Showy milkweed is a species distributed across western North America from British Columbia to Manitoba and south to Texas and is found in well-drained soil in open habitats from 0 to 1900 m elevation [U.S. Department of Agriculture (USDA), 2017a]. Narrowleaf milkweed has a much smaller range, covering California, Idaho, Nevada, Oregon, Washington, Utah, and Baja California and is found in dry, barren areas from 50 to 2200 m elevation (USDA, 2017b). Published protocols for the two species use a variety of seed cleaning techniques, either with or without a stratification treatment, and employ an assortment of containers and media, either with or without fertilizer amendments (Bartow, 2006; Leigh et al., 2006; Skinner, 2008; Tilley, 2016). In one protocol for narrowleaf milkweed, seeds were sown directly into flats (1.5 inches deep) containing soilless media, which were then stored in an outdoor coldframe from autumn though the following spring (Leigh et al., 2006). Transplantable seedlings developed within ≈8 weeks of germination and were transferred to a variety of larger pots containing the same soilless media, where they developed into seedlings with fibrous root systems (10–20 cm in length) by the end of the 8-month growing season. In one protocol for showy milkweed, seeds were sown into 10-inch3 containers filled with soilless media amended with fertilizer (Bartow, 2006). Under controlled greenhouse conditions, seeds germinated within 1 week (80% germination). Developing plants were hand-watered as needed and received 20N–8.8P–16.6K water-soluble fertilizer (JR Peters, Allentown, PA) twice during the 5-month growing period. Skinner (2008) sowed showy milkweed seeds directly into 10-inch3 containers filled with soilless media and noted germination was complete within 2 weeks. Plants were watered deeply every 2 d and fertilized (formulation unspecified) weekly for ≈3 months. Tilley (2016) provided a third protocol for showy milkweed, directly sowing untreated seeds into 10-inch3 containers filled with soilless media without fertilizer in a controlled greenhouse environment, providing 20 min of daily irrigation from overhead sprinklers for the first 30 d. Plants were then fertilized [15N–13.1P–12.5K (Miracle Grow All Purpose Plant Food; Scotts, Marysville, OH)] weekly and watered 40–60 min every 2 d for ≈4 months. Although protocols vary, one commonality is the use of small volume (i.e., 10 inch3) containers. Information on the production of milkweed by directly sowing seeds into larger volume containers is lacking.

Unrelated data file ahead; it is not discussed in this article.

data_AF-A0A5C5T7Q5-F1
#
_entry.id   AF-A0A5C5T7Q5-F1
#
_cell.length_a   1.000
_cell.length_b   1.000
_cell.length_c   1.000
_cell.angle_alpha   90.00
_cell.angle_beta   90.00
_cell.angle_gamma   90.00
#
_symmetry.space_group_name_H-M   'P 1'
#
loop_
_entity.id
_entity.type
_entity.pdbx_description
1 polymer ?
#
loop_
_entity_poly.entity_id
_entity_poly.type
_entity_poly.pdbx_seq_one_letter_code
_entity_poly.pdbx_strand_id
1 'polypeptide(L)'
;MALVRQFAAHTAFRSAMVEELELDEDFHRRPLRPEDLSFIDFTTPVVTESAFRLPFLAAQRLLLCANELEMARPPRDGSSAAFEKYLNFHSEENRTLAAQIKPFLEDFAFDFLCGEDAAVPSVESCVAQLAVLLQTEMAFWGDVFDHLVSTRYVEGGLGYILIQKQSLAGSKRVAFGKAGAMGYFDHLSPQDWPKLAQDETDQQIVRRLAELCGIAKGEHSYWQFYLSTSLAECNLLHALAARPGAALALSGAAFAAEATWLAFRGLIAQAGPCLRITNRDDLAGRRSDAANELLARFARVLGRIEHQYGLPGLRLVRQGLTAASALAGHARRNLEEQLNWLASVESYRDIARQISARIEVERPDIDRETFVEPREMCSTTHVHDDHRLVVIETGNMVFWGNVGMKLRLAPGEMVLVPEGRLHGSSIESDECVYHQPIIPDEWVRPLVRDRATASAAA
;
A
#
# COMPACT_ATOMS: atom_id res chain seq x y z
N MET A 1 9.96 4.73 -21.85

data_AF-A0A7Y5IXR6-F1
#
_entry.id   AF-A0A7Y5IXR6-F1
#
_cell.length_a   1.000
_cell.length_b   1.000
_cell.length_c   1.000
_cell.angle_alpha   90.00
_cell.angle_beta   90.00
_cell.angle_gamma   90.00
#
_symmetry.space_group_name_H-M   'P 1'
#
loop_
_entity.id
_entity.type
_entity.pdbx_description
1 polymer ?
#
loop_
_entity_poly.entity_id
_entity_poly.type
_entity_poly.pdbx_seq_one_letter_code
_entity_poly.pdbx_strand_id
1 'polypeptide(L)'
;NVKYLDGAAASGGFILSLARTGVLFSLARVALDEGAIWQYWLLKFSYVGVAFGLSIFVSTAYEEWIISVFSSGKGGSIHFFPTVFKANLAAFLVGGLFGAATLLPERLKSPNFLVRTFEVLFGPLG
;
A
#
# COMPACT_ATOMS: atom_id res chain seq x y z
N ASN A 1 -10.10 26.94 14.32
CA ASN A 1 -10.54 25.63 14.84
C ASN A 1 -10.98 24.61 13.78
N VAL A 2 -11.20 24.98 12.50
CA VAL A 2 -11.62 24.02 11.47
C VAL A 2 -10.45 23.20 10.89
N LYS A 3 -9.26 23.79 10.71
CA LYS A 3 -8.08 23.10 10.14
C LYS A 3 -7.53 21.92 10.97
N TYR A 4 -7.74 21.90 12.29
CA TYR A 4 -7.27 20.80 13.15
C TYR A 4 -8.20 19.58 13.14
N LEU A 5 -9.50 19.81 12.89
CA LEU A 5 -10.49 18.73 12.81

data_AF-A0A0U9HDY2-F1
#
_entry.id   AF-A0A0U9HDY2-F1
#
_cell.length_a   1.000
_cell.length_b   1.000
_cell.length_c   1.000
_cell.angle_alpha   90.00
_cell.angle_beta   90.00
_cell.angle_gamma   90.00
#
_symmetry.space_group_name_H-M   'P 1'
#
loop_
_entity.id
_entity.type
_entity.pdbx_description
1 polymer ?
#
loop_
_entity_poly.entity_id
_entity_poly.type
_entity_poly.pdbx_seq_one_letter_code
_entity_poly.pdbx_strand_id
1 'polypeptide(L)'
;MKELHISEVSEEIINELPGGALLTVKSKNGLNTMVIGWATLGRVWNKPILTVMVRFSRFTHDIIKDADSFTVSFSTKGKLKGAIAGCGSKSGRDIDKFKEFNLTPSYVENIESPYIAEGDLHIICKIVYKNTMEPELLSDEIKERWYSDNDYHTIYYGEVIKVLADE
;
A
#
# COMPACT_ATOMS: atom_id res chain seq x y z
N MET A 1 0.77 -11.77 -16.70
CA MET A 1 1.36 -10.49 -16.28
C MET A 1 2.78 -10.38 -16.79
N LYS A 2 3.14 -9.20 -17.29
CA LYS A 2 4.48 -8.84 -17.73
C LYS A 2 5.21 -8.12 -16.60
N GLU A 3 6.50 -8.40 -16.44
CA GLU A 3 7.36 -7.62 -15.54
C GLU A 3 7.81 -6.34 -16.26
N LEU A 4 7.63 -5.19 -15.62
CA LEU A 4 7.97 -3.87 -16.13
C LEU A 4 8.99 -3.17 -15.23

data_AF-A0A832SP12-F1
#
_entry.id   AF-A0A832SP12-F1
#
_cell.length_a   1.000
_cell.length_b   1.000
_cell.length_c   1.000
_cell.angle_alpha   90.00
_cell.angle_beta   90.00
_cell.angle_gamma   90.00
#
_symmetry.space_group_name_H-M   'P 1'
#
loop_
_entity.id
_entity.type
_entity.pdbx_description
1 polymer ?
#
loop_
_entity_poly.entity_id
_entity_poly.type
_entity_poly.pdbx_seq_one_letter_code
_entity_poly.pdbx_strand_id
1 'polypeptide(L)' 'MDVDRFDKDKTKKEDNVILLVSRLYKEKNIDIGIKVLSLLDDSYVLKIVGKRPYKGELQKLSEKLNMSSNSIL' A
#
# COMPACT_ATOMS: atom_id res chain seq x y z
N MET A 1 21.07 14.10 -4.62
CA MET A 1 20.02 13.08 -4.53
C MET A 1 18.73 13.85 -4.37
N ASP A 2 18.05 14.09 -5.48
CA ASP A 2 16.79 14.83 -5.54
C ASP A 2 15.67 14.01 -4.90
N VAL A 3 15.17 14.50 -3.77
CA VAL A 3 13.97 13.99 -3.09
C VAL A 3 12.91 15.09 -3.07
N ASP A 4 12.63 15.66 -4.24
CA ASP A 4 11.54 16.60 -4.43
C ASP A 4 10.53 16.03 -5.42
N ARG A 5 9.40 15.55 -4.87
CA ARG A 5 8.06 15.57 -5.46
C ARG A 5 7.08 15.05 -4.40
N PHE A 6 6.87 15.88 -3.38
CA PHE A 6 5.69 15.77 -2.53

In restoration plantings, particularly where competition is a factor and environmental stress limits establishment success, larger seedlings may be superior because of the competitive advantage conferred by greater heights and increased root growth potential associated with larger root systems (Grossnickle, 2012). Evidence suggests that not only do larger volume containers yield larger nursery seedlings, but these larger seedlings also have higher survival rates and continue to realize greater growth rates in the field after planting (Pinto et al., 2015; Sutherland and Day, 1988). Similar to increased container volume, identifying optimal species-specific fertilizer application rates will aid in the propagation of superior seedlings in the nursery (Cardoso et al., 2007; Clark and Zheng, 2015), which may confer these same advantages on outplanting. However, a concern in the production of container milkweed plants from seeds is the formation of a firm root plug; i.e., one in which the root system remains intact when removed from the container (Landis, 2014). Because milkweed plants develop rhizomes without many fibrous roots, transplanting or outplanting seedlings can be challenging if root systems are poorly developed. Thus, the objectives of this research are 1) to develop propagation techniques that yield firm plugs for two species of milkweed common to western North America through the manipulation of container volume and fertilizer application rate, and 2) to assess first year field survival of these seedlings.